The Spiritual Life Center will probably post video or audio recordings of these presentations. 

I also attended Dusty Gates' presentation on St. George, in which he explored some themes from the Inklings and G.K. Chesterton on true myths, traditions, and fairyland. Matthew Umbarger of Newman University described how rabbis read scripture and interpreted it with a great deal of imagination and creativity to delve deeper into its mysteries--midrash. He gave us an example of Christian midrash, the Gospel of Nicodemus, which depicts the Harrowing of Hell, when Jesus freed the dead from Sheol:

1 And as Satan the prince, and Hell, spoke this together, suddenly there came a voice as of thunder and a spiritual cry: Remove, O princes, your gates, and be ye lift up, ye everlasting doors, and the King of glory shall come in. When Hell heard that he said unto Satan the prince: Depart from me and go out of mine abode: if thou be a mighty man of war, fight thou against the King of glory. But what hast thou to do with him? And Hell cast Satan forth out of his dwelling. Then said Hell unto his wicked ministers: Shut ye the hard gates of brass and put on them the bars of iron and withstand stoutly, lest we that hold captivity be taken captive.

2 But when all the multitude of the saints heard it, they spake with a voice of rebuking unto Hell: Open thy gates, that the King of glory may come in. And David cried out, saying: Did I not when I was alive upon earth, foretell unto you: Let them give thanks unto the Lord, even his mercies and his wonders unto the children of men; who hath broken the gates of brass and smitten the bars of iron in sunder? he hath taken them out of the way of their iniquity. And thereafter in like manner Esaias said: Did not I when I was alive upon earth foretell unto you: The dead shall arise, and they that are in the tombs shall rise again, and they that are in the earth shall rejoice, for the dew which cometh of the Lord is their healing? And again I said: O death, where is thy sting? O Hell, where is thy victory?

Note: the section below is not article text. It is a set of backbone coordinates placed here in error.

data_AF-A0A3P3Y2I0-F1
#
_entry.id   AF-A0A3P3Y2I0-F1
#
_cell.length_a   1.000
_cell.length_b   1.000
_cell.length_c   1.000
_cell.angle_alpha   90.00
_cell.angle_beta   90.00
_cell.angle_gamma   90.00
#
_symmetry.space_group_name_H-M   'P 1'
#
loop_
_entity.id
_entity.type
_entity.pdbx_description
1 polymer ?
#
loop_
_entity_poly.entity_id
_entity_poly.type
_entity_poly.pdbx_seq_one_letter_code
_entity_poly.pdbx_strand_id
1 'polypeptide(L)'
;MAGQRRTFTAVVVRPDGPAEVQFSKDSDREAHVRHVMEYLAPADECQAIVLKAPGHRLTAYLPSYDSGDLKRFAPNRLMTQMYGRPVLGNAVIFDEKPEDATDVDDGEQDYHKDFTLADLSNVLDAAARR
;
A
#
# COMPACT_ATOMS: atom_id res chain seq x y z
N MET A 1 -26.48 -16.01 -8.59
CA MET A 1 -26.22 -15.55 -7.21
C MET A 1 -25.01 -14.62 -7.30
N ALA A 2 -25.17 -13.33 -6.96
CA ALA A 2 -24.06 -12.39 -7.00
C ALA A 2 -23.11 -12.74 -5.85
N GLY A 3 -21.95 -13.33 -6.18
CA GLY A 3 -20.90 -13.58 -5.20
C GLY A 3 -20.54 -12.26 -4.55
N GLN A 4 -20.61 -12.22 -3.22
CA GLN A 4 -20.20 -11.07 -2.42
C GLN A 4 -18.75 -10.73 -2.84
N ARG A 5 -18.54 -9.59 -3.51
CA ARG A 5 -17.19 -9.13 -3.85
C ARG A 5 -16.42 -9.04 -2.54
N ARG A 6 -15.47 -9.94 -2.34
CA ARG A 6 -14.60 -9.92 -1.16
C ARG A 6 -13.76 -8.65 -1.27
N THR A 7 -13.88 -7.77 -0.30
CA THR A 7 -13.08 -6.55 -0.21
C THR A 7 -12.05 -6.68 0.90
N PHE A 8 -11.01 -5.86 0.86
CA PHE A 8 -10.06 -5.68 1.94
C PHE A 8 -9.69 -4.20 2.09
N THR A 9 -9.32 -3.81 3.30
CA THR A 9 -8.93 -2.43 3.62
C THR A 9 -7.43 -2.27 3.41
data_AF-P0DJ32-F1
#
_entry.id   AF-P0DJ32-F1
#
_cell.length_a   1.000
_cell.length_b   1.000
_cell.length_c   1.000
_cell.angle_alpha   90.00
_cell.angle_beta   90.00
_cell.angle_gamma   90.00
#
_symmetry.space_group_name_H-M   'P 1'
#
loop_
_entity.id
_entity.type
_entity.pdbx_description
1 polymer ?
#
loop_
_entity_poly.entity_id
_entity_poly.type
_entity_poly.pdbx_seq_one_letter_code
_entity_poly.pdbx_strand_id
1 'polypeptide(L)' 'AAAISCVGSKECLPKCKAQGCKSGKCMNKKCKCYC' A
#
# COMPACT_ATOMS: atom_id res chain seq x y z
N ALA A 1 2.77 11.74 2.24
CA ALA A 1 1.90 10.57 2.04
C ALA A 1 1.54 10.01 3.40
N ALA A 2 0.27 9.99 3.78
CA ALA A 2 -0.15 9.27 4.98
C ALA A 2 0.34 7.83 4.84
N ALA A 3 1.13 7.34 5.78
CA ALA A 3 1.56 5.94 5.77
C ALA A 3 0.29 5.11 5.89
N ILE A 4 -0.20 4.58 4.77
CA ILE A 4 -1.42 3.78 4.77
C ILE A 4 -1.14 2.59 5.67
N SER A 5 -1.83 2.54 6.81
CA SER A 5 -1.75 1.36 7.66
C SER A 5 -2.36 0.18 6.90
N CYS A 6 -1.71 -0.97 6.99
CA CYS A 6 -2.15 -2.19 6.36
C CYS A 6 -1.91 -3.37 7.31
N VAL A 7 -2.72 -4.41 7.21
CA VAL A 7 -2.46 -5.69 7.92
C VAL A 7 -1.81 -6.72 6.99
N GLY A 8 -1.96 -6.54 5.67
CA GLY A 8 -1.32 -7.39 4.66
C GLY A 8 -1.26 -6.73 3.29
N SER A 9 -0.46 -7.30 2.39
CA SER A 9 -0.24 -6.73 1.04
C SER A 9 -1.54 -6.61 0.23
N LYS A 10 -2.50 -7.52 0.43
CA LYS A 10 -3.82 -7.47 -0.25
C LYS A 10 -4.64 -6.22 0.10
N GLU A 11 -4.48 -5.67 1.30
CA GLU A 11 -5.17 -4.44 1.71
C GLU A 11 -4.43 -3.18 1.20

3 When they heard that of Esaias, all the saints said unto Hell: Open thy gates: now shalt thou be overcome and weak and without strength. And there came a great voice as of thunder, saying: Remove, O princes, your gates, and be ye lift up ye doors of hell, and the King of glory shall come in. And when Hell saw that they so cried out twice, he said, as if he knew it not: Who is the King of glory? And David answered Hell and said: The words of this cry do I know, for by his spirit I prophesied the same; and now I say unto thee that which I said before: The Lord strong and mighty, the Lord mighty in battle, he is the King of glory. And: The Lord looked down from heaven that he might hear the groanings of them that are in fetters and deliver the children of them that have been slain. And now, O thou most foul and stinking Hell, open thy gates, that the King of glory may come in. And as David spake thus unto Hell, the Lord of majesty appeared in the form of a man and lightened the eternal darkness and brake the bonds that could not be loosed: and the succour of his everlasting might visited us that sat in the deep darkness of our transgressions and in the shadow of death of our sins.

It's apocryphal, of course, but it's the background of  one of the York Mystery Plays and the great reading in the Office for Holy Saturday!


  1. This sounds great. If any audio or video of the conference are made available, I hope you'll write a post to let us know. Thanks.

    1. Here is a link to the SLC Youtube channel: